• Heating System Efficiency - Hard flooring materials do not interfere with the efficient operation of under floor heating and cooling systems. Timber floors, carpets or other surfaces insulate the floor from the room, dramatically reducing the effectiveness of the underfloor heating system.

The downside of hard flooring systems are that they are often cold underfoot, can be slippery when wet, and provide no cushioning should breakable objects be dropped.

Good levels of underfloor insulation are required, especially around the perimeters of the building, and underfloor heating is essential in areas where occupants are often bare footed, such as bedrooms and bathrooms.

Energy Rating

Ceramic and porcelain tiles are generally manufactured overseas. Together with their production and firing process, long distance transport adds up to a relatively high embodied energy. This is largely offset by the durability and beneficial thermal properties.



Carpets are generally manufactured locally from natural materials such as wool, jute or goats hair. There are some carpets manufactured from synthetic materials.

To ensure your carpet selection is environmentally responsible:

Choose the correct carpet grade for each locations - to avoid early replacement.

Select carpet manufactured from natural materials with credible environmental certification such as the Environmental Choice labeling scheme. This covers the material, dyes, cleaning agents and scouring chemical used in processing.


Synthetic Carpets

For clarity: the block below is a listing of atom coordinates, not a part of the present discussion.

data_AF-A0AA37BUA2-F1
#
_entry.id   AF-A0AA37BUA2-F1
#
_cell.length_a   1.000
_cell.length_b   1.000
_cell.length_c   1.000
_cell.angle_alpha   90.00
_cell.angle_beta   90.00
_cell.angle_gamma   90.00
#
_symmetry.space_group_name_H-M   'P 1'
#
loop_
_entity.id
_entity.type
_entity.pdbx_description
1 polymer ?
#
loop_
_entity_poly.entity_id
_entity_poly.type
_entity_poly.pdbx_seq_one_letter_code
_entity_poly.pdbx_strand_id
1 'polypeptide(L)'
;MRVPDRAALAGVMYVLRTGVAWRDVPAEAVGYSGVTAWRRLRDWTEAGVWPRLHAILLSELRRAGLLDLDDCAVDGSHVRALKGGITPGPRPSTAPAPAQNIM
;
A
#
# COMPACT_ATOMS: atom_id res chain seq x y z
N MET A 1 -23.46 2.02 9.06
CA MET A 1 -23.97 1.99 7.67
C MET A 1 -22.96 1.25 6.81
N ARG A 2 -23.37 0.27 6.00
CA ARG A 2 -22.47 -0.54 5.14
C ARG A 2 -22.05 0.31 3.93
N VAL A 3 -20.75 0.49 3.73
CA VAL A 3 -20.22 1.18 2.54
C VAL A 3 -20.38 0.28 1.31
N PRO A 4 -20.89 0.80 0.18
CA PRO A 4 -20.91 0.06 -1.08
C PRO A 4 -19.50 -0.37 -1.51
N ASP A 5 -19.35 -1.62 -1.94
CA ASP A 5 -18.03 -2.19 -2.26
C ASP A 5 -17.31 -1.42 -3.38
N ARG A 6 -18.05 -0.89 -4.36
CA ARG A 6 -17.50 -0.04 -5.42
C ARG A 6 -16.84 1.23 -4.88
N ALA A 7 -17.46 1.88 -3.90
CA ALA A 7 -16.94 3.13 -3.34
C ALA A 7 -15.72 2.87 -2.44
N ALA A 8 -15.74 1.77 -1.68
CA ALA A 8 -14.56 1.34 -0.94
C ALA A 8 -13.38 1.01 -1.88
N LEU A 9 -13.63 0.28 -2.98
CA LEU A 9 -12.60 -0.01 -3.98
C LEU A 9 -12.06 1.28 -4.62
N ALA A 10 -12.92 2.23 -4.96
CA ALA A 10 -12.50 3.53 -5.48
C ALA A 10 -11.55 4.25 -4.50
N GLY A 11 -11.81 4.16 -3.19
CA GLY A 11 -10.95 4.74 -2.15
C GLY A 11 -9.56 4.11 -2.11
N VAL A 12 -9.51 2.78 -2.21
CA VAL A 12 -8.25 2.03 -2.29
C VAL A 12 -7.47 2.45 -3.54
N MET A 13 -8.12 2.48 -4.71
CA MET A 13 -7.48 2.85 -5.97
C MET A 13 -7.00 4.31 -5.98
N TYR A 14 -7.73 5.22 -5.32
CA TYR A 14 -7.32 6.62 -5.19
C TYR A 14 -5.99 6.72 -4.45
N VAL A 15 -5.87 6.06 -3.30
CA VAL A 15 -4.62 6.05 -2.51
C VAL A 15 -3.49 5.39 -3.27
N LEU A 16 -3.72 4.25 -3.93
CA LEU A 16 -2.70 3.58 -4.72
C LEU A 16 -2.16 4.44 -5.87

Modular carpets manufactured from synthetic materials (or synthetic/ natural mixes) can seem the most appropriate choice for some heavy duty commercial locations. Synthetic material is often mixed with natural fibers such as wool to improve the performance of the product..

Synthetic broadloom or carpet tile are long wearing, stain resistant and easy to clean. Tiles make damage easy to repair.

Solution dyed nylon requires less chemicals than wool carpets, although this advantage is only appreciable in locations where high wear or hygiene demand frequent washing of the carpet.

Select synthetic material with improved environmental performance such as those manufactured from recycled materials, bio-based synthetic materials or carbon neutral manufacturing processes. Check the Environmental Choice labeling scheme where available.

Fixing Synthetic Carpets

Many synthetic carpet tiles do not require seam sealing. Seam sealers are a major source of VOCs. Where seam sealers are required, use a low emission water base low VOC type.


Broadloom carpets can be loose laid or fully adhered. Loose laying is generally environmentally preferable as it reduces the use of adhesives and improves the potential to remove and recycle the material on demolition.

However, fixed carpet generally uses an underlay to increase its lifespan. Avoid underlays manufactured from 100% synthetic materials - there are many underlay options manufactured from natural materials such as natural rubber or recycled wool scraps.

Modular carpet tiles create less waste from off cuts (1%-2%). Professional broadloom has a wastage of 5-6%; an improvement on old laying techniques that had an average 10% wastage.

Demolition and Recycling

Carpets manufactured from natural materials are biodegradable, making them easily disposable. They are often recycled as weed mats. Some countries have carpet recycling programs, and many carpet manufacturers offer to remove and recycle their carpet products on demolition.

Synthetic and modular carpets often contain synthetic backings containing bitumen or PVC. B

Bitumen backing - can contain sulpher and heavy metals such as lead, chromium, mercury, arsenic, selenium and other toxic elements. Ensure this product is disposed off in accordance to a green recycling policy. Do not dispose of in landfills.

PVC backing - select carpets with the highest recycled content and a manufacturer with a buy back and recycling policy.

Modular carpets can easily be sourced with recycled fibres and recycled backing,